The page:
Along the way, she has nonstop visions and heavily symbolic dreams, which are interrupted only by non-sequitur trips to bizarre locales (such as a basket ride to a treehouse in a nearby forest). I'd love to explain further, but to be perfectly honest, none of this makes a lick of sense, leaving us to stare perplexed at Masina's enormous head (perpetually smirking) atop her waifish body while trying to put the nonstop circus/brass band soundtrack out of our heads.
Continue reading: Juliet Of The Spirits Review
Federico Fellini (who, more or less, had directed eight features and one short before this point, hence 8 1/2) found himself at something of a crossroads at this point in his career. He had come off of La Dolce Vita, widely considered his greatest work, in 1960. Fellini, searching for something that would be a worthy follow-up, he finally settled on 8 1/2, an idea which had been languishing with him for years. The story is priceless -- and has been widely copied ever since. Marcello Mastroianni plays a famous Italian movie director named Guido Anselmi, who... get this... is coming off a big hit and is searching for his next project. He finally finds one, but due to the outrageous antics of his old cast and crew, problems with his personal life (wife and mistress, natch), and an increasingly perplexing series of dreams and waking fantasies, getting the movie underway proves challenging indeed. As the project nonetheless gets underway with no script and Guido's cluelessness about what to do next, somehow the movie gets made. The irony, of course, is that there wasn't much of a script for 8 1/2 either (the actors were given their lines for the day each morning, often verbally) -- it's art imitates life imitates art imitates life. A film within a film within a film. Genius!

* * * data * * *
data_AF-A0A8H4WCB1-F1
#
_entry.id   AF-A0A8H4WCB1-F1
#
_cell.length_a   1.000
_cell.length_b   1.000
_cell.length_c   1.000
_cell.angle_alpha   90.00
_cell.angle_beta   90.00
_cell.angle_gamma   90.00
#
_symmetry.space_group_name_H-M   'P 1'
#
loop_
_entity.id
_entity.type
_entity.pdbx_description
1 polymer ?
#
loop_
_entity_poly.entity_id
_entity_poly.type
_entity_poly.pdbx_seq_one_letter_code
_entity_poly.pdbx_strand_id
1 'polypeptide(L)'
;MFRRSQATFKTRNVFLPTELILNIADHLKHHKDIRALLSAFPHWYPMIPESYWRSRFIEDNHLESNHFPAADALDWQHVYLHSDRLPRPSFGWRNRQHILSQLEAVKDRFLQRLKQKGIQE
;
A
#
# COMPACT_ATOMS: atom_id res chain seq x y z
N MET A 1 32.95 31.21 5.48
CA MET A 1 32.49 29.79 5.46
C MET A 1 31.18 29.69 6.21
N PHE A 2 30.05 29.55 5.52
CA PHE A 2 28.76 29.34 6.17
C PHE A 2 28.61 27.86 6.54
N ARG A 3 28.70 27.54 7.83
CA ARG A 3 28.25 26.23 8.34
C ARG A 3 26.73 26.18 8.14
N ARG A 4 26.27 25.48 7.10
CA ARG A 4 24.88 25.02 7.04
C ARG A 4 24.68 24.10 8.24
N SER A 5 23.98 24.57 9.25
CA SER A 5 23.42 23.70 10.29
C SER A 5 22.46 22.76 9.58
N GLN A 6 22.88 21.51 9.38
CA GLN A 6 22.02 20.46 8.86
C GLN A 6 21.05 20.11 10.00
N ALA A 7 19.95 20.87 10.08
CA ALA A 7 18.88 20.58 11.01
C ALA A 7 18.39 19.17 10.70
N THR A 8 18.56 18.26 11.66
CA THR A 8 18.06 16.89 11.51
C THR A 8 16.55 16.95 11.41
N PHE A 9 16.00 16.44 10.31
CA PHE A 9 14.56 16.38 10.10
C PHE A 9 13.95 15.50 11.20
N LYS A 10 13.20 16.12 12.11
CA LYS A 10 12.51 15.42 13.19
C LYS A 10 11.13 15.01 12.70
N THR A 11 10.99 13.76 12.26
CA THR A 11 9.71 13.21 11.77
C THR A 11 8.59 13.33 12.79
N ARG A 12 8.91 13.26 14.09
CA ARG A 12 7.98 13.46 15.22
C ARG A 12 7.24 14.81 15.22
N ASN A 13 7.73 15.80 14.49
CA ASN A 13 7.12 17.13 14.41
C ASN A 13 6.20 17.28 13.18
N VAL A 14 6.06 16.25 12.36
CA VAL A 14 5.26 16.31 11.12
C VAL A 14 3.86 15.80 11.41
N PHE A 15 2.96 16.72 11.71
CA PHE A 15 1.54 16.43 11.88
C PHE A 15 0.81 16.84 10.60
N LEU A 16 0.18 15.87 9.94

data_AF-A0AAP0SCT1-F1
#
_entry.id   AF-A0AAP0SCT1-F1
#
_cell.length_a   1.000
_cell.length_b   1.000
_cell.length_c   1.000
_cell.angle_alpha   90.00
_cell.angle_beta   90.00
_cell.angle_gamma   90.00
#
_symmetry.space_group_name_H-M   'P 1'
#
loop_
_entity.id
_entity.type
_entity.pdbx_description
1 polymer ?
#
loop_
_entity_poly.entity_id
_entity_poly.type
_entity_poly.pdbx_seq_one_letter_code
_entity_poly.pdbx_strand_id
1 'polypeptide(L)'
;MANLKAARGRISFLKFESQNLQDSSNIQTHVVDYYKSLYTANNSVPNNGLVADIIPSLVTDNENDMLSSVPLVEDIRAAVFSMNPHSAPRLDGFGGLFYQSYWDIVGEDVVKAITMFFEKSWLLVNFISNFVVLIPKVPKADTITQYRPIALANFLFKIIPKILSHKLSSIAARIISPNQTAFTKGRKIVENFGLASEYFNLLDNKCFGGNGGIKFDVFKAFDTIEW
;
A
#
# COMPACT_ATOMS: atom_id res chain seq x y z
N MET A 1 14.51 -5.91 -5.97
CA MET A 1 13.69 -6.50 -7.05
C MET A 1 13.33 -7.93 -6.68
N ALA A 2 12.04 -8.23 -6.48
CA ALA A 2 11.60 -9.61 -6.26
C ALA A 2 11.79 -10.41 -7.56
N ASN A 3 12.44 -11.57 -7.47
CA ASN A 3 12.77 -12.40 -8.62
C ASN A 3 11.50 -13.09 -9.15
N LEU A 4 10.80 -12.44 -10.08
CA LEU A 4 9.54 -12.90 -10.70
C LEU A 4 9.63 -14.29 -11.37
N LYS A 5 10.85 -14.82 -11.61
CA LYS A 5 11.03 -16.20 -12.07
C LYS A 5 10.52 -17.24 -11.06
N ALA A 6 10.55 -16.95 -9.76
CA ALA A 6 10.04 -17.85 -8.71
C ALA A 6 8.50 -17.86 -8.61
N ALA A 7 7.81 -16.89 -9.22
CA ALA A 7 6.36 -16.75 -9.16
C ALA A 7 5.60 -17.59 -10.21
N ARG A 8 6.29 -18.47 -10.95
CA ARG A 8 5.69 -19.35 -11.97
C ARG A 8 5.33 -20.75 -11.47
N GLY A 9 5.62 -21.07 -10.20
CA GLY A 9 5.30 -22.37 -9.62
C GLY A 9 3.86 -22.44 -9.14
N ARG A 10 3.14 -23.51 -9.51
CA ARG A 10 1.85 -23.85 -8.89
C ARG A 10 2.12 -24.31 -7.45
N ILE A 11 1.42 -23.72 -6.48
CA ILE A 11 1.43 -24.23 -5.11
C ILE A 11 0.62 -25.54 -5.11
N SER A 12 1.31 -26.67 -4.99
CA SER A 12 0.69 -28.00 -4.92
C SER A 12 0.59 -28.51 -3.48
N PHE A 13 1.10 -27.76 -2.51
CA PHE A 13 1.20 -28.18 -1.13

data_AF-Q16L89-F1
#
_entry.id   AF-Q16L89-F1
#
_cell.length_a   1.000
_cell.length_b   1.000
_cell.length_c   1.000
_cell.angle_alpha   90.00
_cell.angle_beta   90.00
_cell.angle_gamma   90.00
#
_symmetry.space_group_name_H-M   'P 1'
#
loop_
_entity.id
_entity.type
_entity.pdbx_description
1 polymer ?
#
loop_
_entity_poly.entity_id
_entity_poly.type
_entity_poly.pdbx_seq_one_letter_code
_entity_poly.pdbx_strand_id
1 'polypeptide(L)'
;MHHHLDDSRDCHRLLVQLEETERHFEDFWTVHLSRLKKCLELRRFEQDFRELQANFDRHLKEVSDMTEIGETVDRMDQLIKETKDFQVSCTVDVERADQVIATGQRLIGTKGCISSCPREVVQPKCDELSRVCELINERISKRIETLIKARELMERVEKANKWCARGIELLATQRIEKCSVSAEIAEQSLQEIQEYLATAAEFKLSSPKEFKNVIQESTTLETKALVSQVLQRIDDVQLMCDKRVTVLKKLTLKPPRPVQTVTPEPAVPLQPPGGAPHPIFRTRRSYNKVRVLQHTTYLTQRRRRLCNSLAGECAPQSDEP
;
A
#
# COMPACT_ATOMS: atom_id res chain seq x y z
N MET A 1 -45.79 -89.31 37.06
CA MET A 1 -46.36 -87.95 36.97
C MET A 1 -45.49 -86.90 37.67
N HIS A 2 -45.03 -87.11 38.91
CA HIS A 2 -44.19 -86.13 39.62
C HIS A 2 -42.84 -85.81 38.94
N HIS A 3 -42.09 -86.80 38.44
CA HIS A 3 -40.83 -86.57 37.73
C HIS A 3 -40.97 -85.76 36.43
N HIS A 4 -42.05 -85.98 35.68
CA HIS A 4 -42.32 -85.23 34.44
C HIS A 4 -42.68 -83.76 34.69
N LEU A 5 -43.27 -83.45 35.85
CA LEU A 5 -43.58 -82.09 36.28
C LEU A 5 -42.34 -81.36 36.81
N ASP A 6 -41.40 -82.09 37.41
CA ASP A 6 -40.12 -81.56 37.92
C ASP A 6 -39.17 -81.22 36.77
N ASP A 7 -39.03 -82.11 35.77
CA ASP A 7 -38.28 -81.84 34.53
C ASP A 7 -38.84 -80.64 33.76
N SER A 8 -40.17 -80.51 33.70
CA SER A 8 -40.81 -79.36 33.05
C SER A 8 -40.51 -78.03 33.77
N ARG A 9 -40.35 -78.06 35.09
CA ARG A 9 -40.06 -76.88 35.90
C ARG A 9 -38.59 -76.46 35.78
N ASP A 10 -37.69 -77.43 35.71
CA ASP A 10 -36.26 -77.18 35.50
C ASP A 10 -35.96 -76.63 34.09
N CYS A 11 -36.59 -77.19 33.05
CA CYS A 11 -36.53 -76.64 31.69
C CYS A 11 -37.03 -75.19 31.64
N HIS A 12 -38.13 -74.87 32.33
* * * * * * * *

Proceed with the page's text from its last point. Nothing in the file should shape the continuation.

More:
Continue reading: 8 1/2 Review
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